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Cardiff University have been commissioned to conduct research on a public health approach to fraud.

This research has been co-commissioned by West Midlands Police and Crime Commissioner, Midlands Fraud Forum and West Midlands ROCU, following a large nationwide increase in fraud over recent years.

In 2019 the Crime Survey for England and Wales estimated that almost four million fraud offences were committed against adults in England and Wales, but only 3% of those cases resulted in an offender being brought to justice.

New approaches need to be considered to be more successful at reducing the number of fraud offences and increasing the number of fraudsters prosecuted, as statistics show our current approach is ineffective, with a number of different agencies, often national being involved in the response to the crime.

Research into risk factors for becoming either perpetrator or victim of fraud, and potential interventions is vital to protect our society from the fraud epidemic.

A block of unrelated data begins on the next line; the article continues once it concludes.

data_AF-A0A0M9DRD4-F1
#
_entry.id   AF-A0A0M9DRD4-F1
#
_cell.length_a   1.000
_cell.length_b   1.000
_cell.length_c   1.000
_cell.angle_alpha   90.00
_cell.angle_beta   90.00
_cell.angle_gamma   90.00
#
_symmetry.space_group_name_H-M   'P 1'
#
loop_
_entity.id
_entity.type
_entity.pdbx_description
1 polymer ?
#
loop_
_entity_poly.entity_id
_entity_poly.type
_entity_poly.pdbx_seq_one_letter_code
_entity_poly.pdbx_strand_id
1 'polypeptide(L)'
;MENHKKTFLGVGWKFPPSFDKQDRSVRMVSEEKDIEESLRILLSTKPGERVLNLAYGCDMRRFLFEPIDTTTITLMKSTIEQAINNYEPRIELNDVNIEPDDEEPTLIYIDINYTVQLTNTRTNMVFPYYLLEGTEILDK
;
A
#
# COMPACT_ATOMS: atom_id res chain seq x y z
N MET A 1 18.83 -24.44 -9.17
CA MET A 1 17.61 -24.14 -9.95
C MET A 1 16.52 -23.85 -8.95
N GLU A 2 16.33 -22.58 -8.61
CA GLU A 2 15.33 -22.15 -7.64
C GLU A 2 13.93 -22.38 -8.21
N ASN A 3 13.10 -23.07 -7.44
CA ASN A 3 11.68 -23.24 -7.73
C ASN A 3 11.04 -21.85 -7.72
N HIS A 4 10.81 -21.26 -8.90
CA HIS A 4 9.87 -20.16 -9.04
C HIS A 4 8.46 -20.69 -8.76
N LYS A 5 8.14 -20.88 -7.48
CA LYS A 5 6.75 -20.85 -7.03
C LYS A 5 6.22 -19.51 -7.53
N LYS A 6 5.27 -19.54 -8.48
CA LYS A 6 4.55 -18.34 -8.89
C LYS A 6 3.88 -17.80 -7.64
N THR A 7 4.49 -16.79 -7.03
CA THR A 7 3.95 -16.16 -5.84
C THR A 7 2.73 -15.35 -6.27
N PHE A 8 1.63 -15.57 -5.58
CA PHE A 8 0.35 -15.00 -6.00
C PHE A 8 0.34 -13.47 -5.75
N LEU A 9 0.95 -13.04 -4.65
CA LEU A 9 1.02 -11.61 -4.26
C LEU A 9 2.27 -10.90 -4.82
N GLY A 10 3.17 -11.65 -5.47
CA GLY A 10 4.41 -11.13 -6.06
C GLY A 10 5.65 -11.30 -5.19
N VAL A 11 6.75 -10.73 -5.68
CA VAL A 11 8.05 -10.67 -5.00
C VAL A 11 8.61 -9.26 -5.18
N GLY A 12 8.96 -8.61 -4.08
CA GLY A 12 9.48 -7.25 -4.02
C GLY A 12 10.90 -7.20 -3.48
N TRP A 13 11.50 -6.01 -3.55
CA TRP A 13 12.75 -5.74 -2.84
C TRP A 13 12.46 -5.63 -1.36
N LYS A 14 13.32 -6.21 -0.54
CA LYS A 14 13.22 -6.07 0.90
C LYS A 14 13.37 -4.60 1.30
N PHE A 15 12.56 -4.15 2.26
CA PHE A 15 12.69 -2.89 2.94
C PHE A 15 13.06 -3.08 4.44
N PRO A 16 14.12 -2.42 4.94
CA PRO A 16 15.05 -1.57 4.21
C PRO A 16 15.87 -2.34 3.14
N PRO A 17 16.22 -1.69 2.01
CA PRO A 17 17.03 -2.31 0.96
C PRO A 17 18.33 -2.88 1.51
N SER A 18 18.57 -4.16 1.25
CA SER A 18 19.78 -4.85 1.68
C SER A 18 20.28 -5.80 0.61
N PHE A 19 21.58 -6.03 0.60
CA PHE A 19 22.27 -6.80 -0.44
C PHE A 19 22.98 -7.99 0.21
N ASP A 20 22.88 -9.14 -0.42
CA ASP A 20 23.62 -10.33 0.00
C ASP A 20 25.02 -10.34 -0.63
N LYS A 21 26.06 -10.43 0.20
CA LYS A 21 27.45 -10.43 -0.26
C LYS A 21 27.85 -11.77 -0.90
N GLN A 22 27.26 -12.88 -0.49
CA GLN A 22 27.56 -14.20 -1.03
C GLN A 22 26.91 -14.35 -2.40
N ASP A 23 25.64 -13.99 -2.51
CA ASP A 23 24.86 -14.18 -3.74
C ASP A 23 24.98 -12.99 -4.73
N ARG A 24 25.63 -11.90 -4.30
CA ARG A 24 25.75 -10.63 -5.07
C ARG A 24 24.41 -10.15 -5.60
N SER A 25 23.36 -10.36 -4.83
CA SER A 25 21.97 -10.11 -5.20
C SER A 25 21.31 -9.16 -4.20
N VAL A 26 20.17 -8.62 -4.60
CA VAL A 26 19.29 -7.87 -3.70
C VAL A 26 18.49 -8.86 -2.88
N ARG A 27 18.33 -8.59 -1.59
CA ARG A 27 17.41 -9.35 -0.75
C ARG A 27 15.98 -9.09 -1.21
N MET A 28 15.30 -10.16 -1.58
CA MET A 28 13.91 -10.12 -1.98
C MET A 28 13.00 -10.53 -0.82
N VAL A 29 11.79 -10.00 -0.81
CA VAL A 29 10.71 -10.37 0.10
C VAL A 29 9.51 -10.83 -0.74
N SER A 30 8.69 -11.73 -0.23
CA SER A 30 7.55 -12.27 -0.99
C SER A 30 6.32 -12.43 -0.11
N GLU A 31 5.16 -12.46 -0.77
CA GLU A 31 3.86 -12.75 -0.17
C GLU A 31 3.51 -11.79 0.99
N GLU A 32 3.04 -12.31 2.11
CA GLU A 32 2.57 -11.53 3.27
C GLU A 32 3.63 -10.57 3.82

A public health approach is focussed on the ways that all impacted agencies work together to identify, and engage with, “at risk” individuals, and implement interventions to prevent them becoming perpetrators or victims of crime.

The public health approach is widely recognised as best practice in violence prevention, and with this research we want to explore whether this approach can be applied to fraud.

Deputy Police and Crime Commissioner Waheed Saleem, said:

“Across the country the current approach to fraud is failing and victims are being let down as a result. I hope this research helps to deliver a comprehensive set of recommendations to help reduce fraud and the number of victims of the crime.”

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